Double dare you: Following Birchbox’s leap into untested social platforms
by Andrea Wilson, vice president, strategy director & luxury practice lead, iProspect
As people, we naturally crave comfort. We seek stability and even predictability sometimes. But, as marketers, we have to fight that impulse with everything we’ve got. A marketer needs to know how to read the data tea leaves, spot opportunities, and be flexible enough to pounce on them when they arise. We need to get comfortable with the idea of being uncomfortable. In short, we need to be bold.
Here’s an accepted truism tied to that claim: “The digital world/landscape/ecosystem moves fast/is fast paced/never slows down.” We’ve all heard a version of it before, but every cliché holds a small amount of truth. This one is no exception.
Digital is all about speed. Consumers are fascinated by the new, early adopters prosper and brand marketers need to keep pace with that metabolism if they want to survive. And while it takes a certain kind of organization or personality to upset the apple cart, all marketers should feel empowered to test the cart’s balance even in small ways. Innovation is what keeps brands vital and thriving — seeing a market gap or consumer need and jumping in quickly with a solution. Marketers who fixate on the status quo might think they’re playing it safe, but they’re risking the long-term health of their brand.
But it isn’t easy to be limber with big budgets, slow-moving corporate structures and all the usual KPIs that leave you sluggish. It’s easy to become enamored of core customers and neglect new opportunities and trends that could have a big impact on our bottom lines if only we can put a bit of spend behind them. The fearless marketer needs to stay true to fundamental tactics while shifting a few extra dollars from her budget to gamble on an emerging trend or market niche.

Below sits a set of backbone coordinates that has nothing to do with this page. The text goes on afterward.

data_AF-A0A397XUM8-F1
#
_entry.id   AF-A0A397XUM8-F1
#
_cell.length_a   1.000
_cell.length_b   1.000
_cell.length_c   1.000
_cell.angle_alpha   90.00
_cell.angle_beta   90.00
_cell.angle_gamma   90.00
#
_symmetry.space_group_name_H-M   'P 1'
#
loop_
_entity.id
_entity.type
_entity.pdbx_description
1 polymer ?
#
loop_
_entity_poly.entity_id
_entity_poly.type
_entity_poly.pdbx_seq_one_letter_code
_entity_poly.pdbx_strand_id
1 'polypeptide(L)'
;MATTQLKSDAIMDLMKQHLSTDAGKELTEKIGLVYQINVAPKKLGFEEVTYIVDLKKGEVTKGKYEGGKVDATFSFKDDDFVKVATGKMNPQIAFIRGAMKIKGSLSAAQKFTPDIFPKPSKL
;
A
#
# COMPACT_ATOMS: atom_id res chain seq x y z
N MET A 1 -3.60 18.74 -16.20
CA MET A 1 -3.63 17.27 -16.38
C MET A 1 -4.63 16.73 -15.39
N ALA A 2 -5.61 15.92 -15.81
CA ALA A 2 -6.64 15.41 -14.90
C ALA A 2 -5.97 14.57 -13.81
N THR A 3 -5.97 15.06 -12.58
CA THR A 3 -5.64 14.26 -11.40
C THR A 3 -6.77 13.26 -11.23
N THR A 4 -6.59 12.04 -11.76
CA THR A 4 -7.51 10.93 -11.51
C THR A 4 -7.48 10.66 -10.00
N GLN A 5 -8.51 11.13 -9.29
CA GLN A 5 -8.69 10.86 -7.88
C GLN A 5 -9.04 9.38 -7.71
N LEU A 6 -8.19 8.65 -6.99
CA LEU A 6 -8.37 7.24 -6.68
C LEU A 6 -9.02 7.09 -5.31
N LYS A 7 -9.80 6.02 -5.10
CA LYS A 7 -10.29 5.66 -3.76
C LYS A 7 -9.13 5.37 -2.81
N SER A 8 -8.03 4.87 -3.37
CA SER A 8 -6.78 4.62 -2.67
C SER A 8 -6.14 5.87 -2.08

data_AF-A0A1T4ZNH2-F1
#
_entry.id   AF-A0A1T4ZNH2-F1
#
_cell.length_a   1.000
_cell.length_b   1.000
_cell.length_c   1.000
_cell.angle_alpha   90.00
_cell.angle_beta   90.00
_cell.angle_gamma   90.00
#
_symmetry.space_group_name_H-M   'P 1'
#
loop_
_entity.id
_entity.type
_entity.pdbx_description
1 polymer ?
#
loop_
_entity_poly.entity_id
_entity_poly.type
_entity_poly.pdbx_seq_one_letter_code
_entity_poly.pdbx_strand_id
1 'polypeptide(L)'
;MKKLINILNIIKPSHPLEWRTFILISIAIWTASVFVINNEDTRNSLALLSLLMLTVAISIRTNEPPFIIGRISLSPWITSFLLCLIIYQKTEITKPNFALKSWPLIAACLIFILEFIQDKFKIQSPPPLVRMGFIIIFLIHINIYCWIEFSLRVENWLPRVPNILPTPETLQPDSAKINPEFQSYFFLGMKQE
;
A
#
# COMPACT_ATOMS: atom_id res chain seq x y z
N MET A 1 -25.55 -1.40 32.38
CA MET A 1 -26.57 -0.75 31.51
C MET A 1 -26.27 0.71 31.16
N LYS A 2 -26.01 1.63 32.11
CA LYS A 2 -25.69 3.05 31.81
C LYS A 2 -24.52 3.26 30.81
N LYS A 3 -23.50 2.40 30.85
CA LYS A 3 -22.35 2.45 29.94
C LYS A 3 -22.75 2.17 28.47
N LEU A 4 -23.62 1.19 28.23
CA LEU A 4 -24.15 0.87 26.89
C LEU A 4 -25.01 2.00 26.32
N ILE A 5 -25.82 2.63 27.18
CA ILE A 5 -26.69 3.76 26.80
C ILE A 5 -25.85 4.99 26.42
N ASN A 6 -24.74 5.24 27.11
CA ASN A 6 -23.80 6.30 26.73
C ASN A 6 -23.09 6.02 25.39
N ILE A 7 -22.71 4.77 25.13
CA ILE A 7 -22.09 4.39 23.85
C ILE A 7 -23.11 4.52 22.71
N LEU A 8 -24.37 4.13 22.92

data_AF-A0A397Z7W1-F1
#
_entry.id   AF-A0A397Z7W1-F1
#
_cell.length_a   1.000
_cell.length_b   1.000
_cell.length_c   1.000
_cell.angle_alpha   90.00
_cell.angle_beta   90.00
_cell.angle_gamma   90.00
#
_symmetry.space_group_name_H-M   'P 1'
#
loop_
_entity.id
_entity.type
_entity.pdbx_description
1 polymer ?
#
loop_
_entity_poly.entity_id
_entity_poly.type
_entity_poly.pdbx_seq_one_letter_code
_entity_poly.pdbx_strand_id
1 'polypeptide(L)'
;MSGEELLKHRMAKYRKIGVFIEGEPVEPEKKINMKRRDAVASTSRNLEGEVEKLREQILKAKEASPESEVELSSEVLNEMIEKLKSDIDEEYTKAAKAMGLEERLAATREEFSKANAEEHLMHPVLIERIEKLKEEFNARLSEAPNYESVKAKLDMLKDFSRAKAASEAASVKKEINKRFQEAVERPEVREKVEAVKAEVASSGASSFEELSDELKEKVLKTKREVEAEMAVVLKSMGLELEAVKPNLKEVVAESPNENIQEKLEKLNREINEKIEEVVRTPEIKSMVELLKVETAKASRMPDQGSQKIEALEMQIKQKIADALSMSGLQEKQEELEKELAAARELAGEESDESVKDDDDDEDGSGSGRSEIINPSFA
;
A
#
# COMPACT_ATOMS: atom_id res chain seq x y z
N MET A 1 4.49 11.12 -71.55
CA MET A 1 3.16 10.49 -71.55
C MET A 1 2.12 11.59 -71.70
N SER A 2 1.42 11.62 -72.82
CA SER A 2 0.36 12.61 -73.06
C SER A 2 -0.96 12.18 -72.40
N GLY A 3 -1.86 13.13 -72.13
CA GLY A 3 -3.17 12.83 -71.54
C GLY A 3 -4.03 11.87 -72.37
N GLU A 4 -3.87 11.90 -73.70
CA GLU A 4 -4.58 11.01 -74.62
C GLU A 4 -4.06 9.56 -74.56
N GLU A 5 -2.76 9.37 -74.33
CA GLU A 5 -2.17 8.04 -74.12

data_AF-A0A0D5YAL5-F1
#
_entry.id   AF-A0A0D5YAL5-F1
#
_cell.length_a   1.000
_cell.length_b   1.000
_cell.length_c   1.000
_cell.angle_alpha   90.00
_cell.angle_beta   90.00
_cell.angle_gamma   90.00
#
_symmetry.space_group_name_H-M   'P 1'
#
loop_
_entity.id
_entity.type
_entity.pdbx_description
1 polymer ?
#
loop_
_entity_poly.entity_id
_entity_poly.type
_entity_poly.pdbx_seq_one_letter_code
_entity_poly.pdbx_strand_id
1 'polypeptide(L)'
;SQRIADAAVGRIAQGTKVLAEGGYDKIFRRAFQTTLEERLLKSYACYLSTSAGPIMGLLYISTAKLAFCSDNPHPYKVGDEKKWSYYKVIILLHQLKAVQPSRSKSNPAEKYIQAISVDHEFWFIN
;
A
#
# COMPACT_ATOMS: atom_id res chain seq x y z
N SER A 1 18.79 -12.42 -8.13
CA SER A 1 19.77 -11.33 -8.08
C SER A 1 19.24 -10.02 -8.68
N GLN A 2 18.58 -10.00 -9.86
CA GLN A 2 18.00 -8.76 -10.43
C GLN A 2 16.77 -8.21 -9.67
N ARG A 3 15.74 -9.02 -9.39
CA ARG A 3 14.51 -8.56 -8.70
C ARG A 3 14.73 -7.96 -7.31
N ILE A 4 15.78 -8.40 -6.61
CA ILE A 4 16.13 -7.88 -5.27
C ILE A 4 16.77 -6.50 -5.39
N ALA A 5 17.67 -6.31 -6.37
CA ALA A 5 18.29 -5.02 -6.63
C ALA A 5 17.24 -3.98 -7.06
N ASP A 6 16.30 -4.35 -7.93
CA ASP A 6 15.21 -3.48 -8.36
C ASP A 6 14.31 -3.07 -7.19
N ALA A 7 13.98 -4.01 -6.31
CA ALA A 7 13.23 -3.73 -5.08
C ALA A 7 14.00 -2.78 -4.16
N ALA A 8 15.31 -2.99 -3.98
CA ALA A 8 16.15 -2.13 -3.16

Take, for example, Facebook’s latest video product, Facebook Live. It doesn’t take a prescient marketer to see opportunity behind the initiative’s exploding watermelons. Many brands have already invested resources in building a large Facebook following, and Facebook Live is a new way to reach that audience, yet even now there’s a sense that some have missed a golden moment.
Rachel Silver of Birchbox, an early adopter of Live, told Digiday that the heyday may be in the rearview mirror. “The problem now is reach,” she said. “When [other brands] weren’t using it a lot when it first launched, the reach we were getting was crazy.” Live is the definition of an unconventional choice. There’s no way to square a totally new medium with the traditional ROI ratios that marketers often rely on. By having the flexibility to experiment early and the courage to broadcast live, Birchbox gained exposure that other brands passed up by keeping their eyes glued to their analytics dashboards instead of the road ahead.
Brands saw similar gains with Snapchat’s on-demand geofilters. The social messaging app is something of a black box, with many of its offerings delivering few KPIs that digital marketers know and love, but a some adventurous marketers are seeing results. It’s a cycle that’s repeated since the dawn of digital, from YouTube to Vine. Even the first banner ad was a gamble. That particular artifact of digital history had a 44 percent click-through rate and a totally unknown path to ROI.
Of course, speed is only half the battle. Marketers need to surround themselves with smart data and trendspotting structures. Being a bold marketer doesn’t just mean having creative flexibility. It also means shifting budgets, when necessary, and devoting resources to novel endeavors even when traditional ROI is tough to measure.
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